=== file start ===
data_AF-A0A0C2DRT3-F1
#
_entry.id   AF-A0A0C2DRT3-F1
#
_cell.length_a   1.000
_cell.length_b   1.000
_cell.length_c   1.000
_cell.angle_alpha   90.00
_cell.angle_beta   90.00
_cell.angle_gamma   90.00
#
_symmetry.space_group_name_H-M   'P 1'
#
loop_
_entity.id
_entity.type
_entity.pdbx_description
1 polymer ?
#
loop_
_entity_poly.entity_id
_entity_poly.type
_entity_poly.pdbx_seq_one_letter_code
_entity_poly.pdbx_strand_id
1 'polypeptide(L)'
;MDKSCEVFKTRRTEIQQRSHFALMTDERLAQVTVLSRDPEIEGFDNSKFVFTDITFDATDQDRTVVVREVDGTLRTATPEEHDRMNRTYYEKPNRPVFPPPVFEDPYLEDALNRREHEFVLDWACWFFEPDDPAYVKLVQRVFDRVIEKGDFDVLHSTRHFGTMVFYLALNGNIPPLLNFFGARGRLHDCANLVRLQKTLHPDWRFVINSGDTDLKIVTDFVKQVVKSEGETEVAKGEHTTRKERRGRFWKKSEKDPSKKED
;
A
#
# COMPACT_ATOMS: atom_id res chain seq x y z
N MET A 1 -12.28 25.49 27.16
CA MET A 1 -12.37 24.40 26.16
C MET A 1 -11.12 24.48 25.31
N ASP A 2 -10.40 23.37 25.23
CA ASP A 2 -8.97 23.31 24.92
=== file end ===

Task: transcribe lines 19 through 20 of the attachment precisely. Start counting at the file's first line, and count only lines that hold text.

#
loop_